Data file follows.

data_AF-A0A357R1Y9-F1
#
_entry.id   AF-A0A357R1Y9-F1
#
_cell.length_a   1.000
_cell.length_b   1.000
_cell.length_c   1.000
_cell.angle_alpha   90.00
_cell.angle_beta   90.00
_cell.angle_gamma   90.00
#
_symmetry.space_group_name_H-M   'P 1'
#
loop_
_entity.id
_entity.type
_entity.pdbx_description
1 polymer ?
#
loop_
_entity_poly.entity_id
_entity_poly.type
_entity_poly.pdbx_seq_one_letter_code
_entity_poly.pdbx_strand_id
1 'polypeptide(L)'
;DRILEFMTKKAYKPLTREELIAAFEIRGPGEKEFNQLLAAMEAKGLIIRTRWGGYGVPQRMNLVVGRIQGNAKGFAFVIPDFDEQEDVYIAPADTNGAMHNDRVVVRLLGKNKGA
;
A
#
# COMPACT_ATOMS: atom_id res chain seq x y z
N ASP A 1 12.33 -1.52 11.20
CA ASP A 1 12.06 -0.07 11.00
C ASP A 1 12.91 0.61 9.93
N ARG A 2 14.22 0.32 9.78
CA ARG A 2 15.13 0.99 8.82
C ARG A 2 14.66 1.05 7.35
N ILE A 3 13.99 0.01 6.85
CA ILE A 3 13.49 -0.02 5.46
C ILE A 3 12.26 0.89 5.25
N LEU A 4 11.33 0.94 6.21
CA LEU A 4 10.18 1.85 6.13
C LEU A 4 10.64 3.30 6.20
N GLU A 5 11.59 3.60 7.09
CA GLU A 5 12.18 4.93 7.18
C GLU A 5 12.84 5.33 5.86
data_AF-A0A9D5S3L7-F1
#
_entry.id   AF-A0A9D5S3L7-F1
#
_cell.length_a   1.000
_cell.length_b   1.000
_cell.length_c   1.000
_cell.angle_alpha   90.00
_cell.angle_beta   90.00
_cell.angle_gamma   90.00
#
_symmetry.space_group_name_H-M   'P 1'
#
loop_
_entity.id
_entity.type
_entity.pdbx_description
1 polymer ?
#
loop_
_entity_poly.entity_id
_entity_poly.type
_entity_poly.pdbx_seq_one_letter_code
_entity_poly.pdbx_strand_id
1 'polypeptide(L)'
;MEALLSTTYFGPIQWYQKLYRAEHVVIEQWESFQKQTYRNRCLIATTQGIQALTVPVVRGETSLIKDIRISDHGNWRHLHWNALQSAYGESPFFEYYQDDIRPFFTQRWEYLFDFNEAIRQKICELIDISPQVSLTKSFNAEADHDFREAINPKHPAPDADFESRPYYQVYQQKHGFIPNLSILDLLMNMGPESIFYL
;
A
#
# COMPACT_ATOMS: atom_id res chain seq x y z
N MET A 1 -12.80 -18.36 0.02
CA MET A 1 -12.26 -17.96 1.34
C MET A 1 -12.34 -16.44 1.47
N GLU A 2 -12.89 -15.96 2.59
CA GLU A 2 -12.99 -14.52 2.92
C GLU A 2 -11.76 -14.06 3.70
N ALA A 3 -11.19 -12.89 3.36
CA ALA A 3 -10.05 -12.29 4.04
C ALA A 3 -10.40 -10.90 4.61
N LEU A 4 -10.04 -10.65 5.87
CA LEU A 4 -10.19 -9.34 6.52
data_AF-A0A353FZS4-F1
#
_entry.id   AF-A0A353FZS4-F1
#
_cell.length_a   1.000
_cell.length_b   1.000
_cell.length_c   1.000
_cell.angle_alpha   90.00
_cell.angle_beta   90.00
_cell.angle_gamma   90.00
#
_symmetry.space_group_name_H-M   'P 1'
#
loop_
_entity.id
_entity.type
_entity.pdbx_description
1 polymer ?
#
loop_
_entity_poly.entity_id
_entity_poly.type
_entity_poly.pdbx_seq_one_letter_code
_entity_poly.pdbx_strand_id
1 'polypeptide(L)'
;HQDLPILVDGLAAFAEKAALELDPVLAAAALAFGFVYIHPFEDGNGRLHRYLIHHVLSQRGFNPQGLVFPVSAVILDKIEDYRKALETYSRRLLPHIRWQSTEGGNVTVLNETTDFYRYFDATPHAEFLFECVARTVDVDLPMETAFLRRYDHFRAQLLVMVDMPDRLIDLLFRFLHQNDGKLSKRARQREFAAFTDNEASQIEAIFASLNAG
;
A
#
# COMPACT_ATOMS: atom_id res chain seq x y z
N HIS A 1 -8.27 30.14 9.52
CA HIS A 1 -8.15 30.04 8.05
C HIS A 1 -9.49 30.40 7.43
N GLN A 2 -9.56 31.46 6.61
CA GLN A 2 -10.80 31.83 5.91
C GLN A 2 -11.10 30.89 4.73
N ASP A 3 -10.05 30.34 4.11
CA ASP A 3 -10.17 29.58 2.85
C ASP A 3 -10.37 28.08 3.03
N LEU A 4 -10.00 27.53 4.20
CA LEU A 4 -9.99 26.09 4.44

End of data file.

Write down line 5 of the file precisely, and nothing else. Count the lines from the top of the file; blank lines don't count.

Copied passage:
_cell.length_a   1.000